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The Montessori method was developed by Dr. Maria Montessori, a medical doctor, teacher, philosopher and anthropologist. For more than a hundred years, this method has proved to be one of the most successful all over the world and among different cultures.
Children are innately interested in learning about the world around them and through their natural curiosity are able to develop themselves. By providing an environment that supports natural development, Montessori education enables children to develop the fundamental capacities that they need to become happy and successful adults in this challenging world.
Authentic Montessori environments encompass the following principles:
Montessori schools promote hands on, self paced, collaborative, joyful learning. Children in Montessori follow their interests, wherever that passion leads; giving them strong academics, leadership, self discipline, responsibility, independence, initiative and a lifelong love of learning.
The Montessori Method is comprised of five distinct areas of concentration:
Practical Life enhances skills and coordination through gross and fine motor tasks. These activities serve to increase children's attention span and encourage task completion.
The Sensorial area helps children develop and refine their senses to discriminate, categorize and explore key concepts.
Mathematics makes use of manipulative materials to enable children to understand abstract concepts of numbers, symbols, the decimal system, mathematical operations, and basic number facts.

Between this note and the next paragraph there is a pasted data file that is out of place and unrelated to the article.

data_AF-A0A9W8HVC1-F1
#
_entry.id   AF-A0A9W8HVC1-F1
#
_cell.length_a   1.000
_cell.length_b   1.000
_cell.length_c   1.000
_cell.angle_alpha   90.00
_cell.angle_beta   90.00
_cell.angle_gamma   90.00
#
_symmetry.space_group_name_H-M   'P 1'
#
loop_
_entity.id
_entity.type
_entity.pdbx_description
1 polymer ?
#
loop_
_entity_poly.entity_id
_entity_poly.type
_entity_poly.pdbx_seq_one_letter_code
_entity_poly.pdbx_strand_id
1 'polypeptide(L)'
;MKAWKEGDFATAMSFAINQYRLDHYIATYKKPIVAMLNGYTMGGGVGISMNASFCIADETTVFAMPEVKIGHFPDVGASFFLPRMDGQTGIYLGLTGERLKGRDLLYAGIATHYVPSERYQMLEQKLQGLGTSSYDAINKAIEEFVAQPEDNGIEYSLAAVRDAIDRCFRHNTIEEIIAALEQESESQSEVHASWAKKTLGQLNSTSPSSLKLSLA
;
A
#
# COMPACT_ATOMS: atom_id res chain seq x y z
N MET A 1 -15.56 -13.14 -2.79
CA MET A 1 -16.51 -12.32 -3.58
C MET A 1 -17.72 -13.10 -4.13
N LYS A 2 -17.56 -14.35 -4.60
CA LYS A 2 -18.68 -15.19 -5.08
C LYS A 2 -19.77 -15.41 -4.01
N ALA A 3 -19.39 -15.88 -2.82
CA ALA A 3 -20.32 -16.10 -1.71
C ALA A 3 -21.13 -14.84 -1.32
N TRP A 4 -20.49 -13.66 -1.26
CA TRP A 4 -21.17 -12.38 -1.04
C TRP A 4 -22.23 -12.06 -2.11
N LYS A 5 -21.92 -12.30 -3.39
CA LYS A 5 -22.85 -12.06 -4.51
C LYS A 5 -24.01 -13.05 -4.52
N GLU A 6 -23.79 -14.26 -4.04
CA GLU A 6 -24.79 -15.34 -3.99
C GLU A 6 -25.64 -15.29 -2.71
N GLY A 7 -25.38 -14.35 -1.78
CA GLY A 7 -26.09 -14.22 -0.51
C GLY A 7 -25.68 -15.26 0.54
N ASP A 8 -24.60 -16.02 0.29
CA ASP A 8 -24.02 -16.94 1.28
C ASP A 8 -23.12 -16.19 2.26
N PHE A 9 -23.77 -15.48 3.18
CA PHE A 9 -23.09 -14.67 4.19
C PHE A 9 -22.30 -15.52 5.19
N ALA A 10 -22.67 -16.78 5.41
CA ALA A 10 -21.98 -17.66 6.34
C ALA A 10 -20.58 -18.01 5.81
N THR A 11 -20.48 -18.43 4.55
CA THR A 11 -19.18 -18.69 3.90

Language Arts includes oral language development, written expression, reading, grammar, creative dramatics, and children's literature.
Enrichment activities expose children to music, movement, culture, art and geography.
Emphasis on cognitive structure and social development.
Emphasis on rote knowledge and social development.
Teacher has unobtrusive role in classroom activity; child is an active participant in learning.
Teacher has domain, active role in classroom activity; child is a passive participant in learning.
Environment and method encourage internal self-discipline.
Teacher acts as primary enforcer of external discipline.
Instruction, both individual and group, adapts to each student’s learning style.
Instruction, both individual and group, conforms to the adult’s teaching style.
Mixed age grouping.
Same age grouping.
Children are encouraged to teach, collaborate, and help each other.
Most teaching is done by teacher and collaboration is discouraged
Child chooses own work from interests and abilities.
Curriculum structured for child with little regard for child’s interests.
Child formulates own concepts from self- teaching materials.
Child is guided to concepts by teacher
Child works as long as she/he wishes on chosen project.
Child generally given specific time limit for work.
Child sets own learning pace to internalize information.
Instruction pace usually set by group norm or teacher.
Child spots own errors through feedback from the material.
If work is corrected, errors usually pointed out by teacher.
Learning is reinforced internally through the child’s own repetition of an activity and internal feelings of success.
Learning is reinforced externally by rote repetition and rewards/discouragements.
Multi-sensory materials for physical exploration.
Fewer materials for sensory development and concrete manipulation.
Organized program for learning care of self and environment (polishing shoes, cleaning the sink, etc.)
Less emphasis on self-care instruction and classroom maintenance.
Child can work where she/he is comfortable, moves around and talks at will (yet disturbs not the work of others); group work is voluntary and negotiable.
Child usually assigned own chair; encouraged to sit still and listen during group sessions.
Organized program for parents to understand the Montessori philosophy and participate in the learning process.
Voluntary parent involvement, often only as fundraisers, not participants in understanding the learning process.